Perino’s main block excavation, along with two of the University of Michigan units, have been located during the course of the recent excavations. The focus for this up-coming summer is on locating one of the copper workshops. The following summarizes the results of our work through 2006 in terms of the mounds construction sequence.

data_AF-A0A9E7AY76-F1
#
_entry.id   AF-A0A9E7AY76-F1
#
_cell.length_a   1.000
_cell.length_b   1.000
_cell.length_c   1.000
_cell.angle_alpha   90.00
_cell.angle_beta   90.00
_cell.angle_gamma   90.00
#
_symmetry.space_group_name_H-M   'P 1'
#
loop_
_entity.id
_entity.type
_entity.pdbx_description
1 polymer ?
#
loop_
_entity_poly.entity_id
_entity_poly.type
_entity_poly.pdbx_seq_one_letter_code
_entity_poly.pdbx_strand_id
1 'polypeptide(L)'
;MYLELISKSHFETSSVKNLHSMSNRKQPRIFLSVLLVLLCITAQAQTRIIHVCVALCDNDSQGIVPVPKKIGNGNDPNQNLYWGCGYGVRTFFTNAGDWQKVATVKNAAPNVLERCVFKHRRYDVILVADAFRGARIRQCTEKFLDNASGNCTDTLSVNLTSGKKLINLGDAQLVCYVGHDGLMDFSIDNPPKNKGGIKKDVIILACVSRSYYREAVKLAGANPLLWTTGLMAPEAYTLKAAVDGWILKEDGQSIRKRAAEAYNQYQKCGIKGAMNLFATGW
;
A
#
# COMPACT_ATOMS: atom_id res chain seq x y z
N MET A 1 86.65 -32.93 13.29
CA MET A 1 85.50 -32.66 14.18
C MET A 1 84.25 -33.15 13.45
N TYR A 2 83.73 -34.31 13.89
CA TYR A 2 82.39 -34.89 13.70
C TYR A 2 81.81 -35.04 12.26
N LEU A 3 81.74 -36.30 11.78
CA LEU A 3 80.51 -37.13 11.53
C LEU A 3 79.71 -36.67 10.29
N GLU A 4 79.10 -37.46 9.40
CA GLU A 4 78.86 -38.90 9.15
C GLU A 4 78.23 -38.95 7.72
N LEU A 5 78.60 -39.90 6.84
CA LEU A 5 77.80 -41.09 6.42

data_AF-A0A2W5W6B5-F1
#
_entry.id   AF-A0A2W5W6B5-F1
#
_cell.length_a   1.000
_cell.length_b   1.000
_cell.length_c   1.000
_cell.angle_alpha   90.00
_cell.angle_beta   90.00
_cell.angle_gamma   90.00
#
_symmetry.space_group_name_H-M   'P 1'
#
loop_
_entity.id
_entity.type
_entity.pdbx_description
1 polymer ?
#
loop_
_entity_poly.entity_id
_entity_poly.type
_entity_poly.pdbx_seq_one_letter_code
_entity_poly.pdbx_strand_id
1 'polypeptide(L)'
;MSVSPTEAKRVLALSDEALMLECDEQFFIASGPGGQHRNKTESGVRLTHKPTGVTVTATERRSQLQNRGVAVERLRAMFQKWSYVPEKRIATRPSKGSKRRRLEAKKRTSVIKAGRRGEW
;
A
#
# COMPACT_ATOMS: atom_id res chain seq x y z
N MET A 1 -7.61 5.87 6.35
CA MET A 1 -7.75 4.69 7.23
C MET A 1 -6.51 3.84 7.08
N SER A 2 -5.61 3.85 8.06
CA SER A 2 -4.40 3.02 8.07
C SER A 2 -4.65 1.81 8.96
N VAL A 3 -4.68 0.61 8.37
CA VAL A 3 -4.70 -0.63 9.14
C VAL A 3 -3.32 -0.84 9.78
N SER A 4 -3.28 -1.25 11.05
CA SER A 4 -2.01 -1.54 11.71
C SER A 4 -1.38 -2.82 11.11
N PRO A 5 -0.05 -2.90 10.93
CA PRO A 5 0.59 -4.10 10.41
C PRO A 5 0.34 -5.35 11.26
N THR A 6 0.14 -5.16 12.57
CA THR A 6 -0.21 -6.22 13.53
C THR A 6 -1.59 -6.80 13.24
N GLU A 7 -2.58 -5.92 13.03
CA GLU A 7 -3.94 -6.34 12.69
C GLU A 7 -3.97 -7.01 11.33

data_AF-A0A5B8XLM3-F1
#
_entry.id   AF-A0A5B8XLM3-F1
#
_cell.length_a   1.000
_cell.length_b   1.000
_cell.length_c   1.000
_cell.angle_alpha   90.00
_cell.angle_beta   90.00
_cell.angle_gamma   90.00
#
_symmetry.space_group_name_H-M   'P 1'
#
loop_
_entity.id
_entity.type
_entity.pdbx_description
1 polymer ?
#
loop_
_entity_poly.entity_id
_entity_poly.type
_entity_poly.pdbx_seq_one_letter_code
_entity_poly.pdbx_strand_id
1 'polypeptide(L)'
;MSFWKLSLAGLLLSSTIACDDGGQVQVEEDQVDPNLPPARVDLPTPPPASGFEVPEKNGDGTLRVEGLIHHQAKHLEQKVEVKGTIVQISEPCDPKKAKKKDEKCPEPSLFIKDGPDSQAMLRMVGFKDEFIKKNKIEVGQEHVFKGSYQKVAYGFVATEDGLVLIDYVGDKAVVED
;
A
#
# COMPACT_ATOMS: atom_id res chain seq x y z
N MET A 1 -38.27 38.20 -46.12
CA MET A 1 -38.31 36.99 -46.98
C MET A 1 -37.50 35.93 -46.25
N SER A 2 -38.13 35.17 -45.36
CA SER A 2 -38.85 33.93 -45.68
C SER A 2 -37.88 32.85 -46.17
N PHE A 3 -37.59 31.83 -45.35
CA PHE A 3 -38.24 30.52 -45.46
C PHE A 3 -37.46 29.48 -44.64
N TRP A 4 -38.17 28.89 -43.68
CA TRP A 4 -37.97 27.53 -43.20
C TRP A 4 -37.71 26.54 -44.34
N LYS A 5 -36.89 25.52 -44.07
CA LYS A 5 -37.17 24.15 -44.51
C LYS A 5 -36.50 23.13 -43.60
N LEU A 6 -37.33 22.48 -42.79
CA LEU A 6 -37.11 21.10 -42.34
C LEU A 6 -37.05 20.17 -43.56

Pre-mound activities consisted primarily of large wall-trench structures some of which date to about AD 1200. Just before the mound’s construction nearly a foot of the original occupation area was removed. The copper workshop also predate the mound’s construction but appears to be associated with this cleared surface. Although we have been unable to verify this important area we have recovered from the backdirt a number of raw copper-nuggets and small pieces of worked copper. Another feature dug into this surface was the “refuse trench” identified by Perino. We have located the western end of this unusual feature, which appears to have been a small borrow pit. It appears from our excavations this pit began to be filled in naturally through erosion before it was cleaned out and then lined with a thin-layer of black clay. Presumably this was part of a ceremony that involved feasting especially the consumption of deer and other animals. Also present were 58 species of bird including numerous raptors and dominated by swans. The filling of this pit involved the disposal of numerous serving dishes such as effigy bowls and plates in the trench.